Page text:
Trust is at the forefront of this new era we’re in. It’s defined by complex relationships with our employees, customers, suppliers and the communities we serve. And organizations that dismiss this new era as a passing fad or fail to recognize the need to integrate environmental considerations into every aspect of business, have a higher chance of facing negative reputational damage. It is in their best economic interests to do so. In fact, with change we often find opportunities.
Ambition, Appetite, and Innovation
Before organizations can control and prevent any negative environmental effects as a result of their operations, they need to measure and record the impact their business activities have on the environment. Failure to monitor and control key environmental factors could have massive ramifications to not only the environment we hand down to the next generation, but also for an organization – significant fines, compensation claims, clean up costs, and loss of reputation and brand value.
While all organizations can make a positive contribution, the ability to make a difference varies by sector and organizational size as there are many environmental factors that need to be monitored and controlled. These include business waste, emissions, energy use, use of transport, consumption of materials, water use and pollution, and impacts on surrounding wildlife.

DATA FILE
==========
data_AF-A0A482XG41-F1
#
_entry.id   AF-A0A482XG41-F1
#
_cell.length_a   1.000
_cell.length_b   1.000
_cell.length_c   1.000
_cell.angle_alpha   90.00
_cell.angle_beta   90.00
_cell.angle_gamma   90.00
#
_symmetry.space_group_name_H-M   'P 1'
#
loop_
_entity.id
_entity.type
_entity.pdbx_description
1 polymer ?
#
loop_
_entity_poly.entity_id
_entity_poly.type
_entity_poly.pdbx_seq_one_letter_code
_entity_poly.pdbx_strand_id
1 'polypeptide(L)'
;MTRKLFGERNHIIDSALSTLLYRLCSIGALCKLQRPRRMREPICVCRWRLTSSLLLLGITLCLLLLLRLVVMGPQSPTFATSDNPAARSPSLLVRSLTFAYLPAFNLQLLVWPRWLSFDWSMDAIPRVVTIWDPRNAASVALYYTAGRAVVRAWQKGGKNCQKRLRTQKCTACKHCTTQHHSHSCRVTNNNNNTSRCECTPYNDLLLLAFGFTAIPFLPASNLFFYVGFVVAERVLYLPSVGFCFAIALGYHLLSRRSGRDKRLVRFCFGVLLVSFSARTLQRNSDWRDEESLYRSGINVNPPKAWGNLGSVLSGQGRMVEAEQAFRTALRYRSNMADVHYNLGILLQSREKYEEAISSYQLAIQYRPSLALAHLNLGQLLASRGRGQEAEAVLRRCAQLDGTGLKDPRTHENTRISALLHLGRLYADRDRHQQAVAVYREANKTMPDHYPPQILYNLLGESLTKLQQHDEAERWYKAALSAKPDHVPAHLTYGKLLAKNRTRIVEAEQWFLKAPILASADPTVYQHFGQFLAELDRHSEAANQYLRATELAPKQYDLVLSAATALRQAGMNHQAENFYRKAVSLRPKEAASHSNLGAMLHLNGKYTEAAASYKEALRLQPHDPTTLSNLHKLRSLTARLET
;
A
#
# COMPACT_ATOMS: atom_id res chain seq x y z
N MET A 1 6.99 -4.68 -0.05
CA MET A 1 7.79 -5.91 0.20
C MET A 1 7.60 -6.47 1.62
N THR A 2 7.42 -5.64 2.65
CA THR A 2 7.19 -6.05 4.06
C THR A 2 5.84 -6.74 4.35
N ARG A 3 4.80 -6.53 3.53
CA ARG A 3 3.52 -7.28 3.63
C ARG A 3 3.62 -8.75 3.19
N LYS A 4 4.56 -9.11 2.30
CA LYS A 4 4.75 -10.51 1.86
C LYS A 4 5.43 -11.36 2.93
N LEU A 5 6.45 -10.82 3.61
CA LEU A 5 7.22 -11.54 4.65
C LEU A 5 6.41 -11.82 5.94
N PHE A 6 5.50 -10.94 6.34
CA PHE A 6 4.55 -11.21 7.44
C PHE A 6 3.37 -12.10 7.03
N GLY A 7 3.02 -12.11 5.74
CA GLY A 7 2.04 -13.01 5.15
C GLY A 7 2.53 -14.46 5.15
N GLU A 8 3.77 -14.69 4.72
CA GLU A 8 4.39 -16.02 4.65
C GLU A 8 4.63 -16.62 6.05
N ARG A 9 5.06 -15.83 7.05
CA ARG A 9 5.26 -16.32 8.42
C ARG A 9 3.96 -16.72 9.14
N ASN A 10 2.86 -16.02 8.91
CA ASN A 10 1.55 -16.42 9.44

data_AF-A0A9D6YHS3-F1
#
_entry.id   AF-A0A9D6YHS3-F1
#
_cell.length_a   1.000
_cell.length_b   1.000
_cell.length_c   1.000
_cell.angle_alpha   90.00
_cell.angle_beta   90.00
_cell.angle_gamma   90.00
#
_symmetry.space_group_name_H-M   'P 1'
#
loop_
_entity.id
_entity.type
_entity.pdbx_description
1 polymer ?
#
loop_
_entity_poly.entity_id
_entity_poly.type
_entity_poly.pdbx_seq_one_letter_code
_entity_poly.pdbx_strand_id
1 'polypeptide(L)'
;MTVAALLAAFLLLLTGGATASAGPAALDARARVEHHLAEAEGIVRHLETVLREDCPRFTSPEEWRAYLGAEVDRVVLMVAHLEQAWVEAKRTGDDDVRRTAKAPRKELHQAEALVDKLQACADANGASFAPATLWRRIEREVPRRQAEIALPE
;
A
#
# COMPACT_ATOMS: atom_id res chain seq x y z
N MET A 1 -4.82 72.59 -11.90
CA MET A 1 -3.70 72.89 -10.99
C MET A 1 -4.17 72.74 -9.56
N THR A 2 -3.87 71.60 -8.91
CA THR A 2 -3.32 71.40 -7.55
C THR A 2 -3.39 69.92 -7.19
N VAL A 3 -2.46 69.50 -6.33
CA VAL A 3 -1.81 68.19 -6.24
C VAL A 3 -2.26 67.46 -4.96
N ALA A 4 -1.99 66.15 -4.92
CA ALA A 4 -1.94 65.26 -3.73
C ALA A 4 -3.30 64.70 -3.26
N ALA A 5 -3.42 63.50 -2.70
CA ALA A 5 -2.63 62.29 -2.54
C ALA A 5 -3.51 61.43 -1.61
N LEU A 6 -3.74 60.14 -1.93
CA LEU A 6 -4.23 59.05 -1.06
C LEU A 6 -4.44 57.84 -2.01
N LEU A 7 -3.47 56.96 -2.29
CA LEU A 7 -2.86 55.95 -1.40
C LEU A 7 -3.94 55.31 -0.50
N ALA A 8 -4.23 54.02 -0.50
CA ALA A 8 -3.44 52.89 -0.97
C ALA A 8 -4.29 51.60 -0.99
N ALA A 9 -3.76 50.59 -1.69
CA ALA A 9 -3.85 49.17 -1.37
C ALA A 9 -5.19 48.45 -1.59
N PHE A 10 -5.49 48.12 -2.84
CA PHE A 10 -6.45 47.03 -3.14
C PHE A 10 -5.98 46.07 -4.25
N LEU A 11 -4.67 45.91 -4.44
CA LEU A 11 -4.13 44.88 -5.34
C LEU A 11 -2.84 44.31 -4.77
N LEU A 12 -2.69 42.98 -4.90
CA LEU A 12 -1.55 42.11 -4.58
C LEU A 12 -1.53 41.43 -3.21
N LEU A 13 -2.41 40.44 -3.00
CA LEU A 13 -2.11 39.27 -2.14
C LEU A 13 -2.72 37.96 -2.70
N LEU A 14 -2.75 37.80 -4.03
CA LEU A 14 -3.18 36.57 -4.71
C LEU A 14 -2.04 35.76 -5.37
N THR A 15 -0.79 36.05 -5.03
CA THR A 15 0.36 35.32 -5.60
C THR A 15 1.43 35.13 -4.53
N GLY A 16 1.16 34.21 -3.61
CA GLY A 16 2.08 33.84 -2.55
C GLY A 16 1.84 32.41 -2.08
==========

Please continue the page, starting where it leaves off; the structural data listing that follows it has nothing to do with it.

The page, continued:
This is where technology can play a significant role in helping organizations reduce global GHG emissions. Large-scale engineering technologies, such as carbon capture and storage, can help drive a decrease in global carbon emissions by removing GHGs from the atmosphere in large power generators, whereas increased renewable generation can help decrease grid intensity. By implementing emissions management software, organizations can ensure regulatory compliance and provide reliable information to demonstrate continuous environmental performance to regulators, to customers and the public.
Growing In Size, Shrinking In Footprint
There’s much more technological innovation for review and discussion based on industry, ambition and appetite but ultimately the inevitability of climate change has never been clearer. The success and failure of business in the near future will be determined by how the private sector adapts to, and reduces, risks associated with climate change. And for those organizations that look ahead and turn detailed risk assessments of climate change into innovation will be much better equipped to meet the new world that awaits us.
Ultimately, the future of the next generation depends on the actions that we take today.
For more information on environmental health and safety and how you can manage risk, head to the SAI Global website by clicking here.
About the Author
David Irvine is the Senior Vice President, EHS for SAI Global. David has worked in the EHS software industry for 19 years in senior leadership positions with a global remit including professional services, product development and business development. David has extensive experience in a range of functional and technical areas across EHS software as well as being involved directly with a broad cross-section of customers.